Great Scot! It's Humza McYousaf

Humza Yousaf of Pak descent has been made the first minister of Scotland

When introduced to Samuel Johnson who had prejudices against Scotsmen, James Boswell said meekly, “Sir, I do indeed come from Scotland, but I cannot help it.” Replied Johnson, “That, sir, I find, is what many of your countrymen cannot help.” Scotland is a land with prospects, protested Boswell. The noblest prospect for a Scotsman is the high road to England, retorted Johnson. In his dictionary, Johnson defined oats as “a grain, which in England is generally given to horses, but in Scotland supports the people”.

The spats between the legendary lexicographer and his bosom friend and biographer speak of the ties between England and Scotland. The two peoples revel in their prejudices, yet can’t live without each other. Sherlock Holmes, England’s greatest fictional detective, was created by Scotsman A.C. Doyle. England’s greatest fictional spy was brought into reel life by the most dashing Scotsman, Sean Connery. Neither would admit it, but their mutual “love swells like the Solway, but ebbs like its tide.” Damn or drown, Lochinvar!

The old Anglo-Scottish rivalry has now taken an Indo-Pakistan twist. Many in India toasted with scotch, thinking an India story was being made in London when Rishi Sunak, who swears by the Gita and worships the cow, kissed the king’s hand. Now Humza Yousaf of Pak descent, who wore a sherwani and swore in Urdu when he became a member of the Scottish Parliament in 2016, has been made the first minister of Scotland. By Robert Bruce and his spider, that calls for a toast with English gin!

WhatsApp smart Alecs—shall we say McAlecs?—are forwarding the 2016 video of Yousaf taking the oath in Urdu, claiming it to be of his swearing in as first minister. You don’t need a Sherlock Holmes to call the bluff. One, neither the prime minister of Britain nor the first minister of Scotland swear themselves in; the former kisses the monarch’s hand, the latter nods when the oath is read out to him. Two, in the video, he was swearing allegiance to the Queen. Crivvens! The Queen is dead; long live the king.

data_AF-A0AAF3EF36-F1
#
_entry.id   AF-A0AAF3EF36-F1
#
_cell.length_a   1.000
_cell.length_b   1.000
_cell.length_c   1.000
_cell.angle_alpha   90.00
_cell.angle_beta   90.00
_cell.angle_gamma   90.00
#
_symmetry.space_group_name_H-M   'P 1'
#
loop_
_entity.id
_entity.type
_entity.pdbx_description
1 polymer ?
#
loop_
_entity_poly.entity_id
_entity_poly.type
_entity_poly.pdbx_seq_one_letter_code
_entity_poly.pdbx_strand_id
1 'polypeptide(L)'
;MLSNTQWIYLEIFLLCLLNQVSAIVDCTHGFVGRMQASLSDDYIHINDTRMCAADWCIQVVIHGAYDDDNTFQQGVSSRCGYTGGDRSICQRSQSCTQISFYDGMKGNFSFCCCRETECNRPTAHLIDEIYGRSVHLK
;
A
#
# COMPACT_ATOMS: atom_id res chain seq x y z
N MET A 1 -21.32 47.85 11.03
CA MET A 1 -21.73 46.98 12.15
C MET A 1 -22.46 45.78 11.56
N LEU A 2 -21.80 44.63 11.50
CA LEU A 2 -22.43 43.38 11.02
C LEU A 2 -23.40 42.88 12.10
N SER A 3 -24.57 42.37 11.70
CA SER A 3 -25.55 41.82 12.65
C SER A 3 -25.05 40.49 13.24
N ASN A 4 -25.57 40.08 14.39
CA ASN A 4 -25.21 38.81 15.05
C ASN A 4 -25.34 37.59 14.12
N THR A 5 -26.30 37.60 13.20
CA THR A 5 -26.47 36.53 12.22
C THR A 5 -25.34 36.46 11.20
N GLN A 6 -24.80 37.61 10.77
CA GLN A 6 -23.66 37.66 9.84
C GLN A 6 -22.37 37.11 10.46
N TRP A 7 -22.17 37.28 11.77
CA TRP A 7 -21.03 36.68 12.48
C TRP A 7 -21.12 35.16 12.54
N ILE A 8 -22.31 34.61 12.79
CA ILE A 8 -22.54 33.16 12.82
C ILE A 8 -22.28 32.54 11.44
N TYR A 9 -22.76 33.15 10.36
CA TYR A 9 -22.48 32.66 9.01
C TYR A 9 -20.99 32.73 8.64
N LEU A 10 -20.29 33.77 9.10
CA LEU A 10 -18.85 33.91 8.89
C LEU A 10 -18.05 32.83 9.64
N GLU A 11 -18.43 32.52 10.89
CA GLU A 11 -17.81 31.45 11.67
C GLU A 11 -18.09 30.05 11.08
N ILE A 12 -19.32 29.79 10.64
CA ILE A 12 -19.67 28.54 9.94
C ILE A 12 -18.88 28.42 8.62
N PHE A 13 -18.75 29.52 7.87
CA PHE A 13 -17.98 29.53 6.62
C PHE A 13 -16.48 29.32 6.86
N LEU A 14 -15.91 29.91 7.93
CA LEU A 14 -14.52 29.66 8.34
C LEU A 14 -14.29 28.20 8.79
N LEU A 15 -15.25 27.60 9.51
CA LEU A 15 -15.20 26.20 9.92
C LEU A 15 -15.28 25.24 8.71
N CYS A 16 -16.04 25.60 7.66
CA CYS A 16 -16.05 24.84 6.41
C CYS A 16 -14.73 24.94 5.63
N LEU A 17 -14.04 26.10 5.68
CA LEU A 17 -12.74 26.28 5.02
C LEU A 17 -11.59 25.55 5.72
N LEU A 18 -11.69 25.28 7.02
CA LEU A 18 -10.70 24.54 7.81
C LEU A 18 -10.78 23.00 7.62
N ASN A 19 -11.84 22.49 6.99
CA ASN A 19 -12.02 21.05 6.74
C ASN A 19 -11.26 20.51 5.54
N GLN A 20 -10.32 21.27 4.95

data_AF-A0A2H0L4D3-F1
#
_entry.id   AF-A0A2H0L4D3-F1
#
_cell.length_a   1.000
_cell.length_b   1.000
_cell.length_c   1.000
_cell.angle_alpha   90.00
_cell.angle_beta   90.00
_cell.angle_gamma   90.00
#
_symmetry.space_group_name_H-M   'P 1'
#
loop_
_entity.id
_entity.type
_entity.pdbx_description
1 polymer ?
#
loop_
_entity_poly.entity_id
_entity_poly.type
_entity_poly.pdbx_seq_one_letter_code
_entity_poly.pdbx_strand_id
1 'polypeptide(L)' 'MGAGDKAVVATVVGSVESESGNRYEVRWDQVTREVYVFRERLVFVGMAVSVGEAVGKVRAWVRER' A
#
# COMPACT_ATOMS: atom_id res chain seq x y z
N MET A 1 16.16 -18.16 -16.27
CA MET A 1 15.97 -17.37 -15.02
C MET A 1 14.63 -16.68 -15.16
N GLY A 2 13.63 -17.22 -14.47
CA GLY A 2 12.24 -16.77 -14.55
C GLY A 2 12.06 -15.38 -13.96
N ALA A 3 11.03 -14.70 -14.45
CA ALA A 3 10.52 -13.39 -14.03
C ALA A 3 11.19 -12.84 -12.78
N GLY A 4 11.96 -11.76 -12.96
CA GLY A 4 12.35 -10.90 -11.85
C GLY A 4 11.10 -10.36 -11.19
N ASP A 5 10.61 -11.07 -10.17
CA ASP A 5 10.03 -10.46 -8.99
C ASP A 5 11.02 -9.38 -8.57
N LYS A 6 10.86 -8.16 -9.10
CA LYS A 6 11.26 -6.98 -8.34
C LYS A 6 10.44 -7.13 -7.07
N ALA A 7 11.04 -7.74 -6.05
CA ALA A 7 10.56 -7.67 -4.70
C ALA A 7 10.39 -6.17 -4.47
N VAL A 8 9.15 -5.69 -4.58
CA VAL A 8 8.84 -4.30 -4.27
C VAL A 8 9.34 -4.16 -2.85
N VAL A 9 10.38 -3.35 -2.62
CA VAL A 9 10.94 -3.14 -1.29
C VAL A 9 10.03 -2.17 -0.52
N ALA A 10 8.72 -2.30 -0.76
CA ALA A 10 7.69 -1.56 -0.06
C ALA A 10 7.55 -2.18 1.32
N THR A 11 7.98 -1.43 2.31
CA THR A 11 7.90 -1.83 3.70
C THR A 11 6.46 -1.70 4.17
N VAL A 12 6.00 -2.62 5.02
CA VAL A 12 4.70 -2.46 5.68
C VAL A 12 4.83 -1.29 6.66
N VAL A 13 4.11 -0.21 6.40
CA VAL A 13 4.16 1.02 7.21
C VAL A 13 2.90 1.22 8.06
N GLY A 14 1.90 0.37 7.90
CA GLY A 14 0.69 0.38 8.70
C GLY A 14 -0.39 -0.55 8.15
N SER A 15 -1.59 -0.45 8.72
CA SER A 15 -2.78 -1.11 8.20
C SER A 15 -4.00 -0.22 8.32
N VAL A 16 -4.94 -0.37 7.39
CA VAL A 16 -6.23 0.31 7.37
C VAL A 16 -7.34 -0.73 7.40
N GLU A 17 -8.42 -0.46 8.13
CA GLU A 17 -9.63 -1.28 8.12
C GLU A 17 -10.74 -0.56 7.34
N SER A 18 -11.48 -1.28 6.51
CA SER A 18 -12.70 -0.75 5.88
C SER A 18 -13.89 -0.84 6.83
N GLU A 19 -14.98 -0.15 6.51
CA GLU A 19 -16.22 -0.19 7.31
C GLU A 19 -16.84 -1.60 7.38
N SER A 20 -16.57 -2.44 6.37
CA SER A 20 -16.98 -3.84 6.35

Illustration: Job P.K. Illustration: Job P.K.

Therein lies another irony. Yousaf has sworn loyalty to the crown of England, but he is leading a party that has sworn to separate Scotland five centuries after the English and Scottish crowns were conjoined under James I, and four centuries after the countries merged under the Act of Union. Does that make James the last ‘king of Scotland’? Great Scot, no! That was Idi Amin, the Ugandan tyrant who gave himself the title.

Yousaf and his Scots, who think they are a different people, are cut up with the English for everything from the latter’s conceit to cutting welfare funds. Many have been seeking separation, especially after the Brits exited the EU lock, ale stock, beer barrel, England, Wales, Scotland and Northern Ireland. But the separatists never got majority in a referendum. Having burnt their fingers and fish-and-chips in Brexit, the English now say, even if the majority of Scots say secede, they would block the way with law.

Brexit, if you ask me, was one moment when Westminster mistook public sentiment for public opinion, as Benjamin Disraeli had warned. Just because a few yokels in Cornwall or Cumbria didn’t like guys in Brussels telling them how to roast their beef, they voted to exit EU.

Now a few dumbos in Dundee and Dunfermline are seeking secession for Scotland. What if the Welsh say, they too want to ‘lleave’? Trifurcation of territory would end in tragedy. Read King Lear.

Bless my soul! Didn’t the Bard write Lear just around the time the two crowns were conjoined under the Stuarts?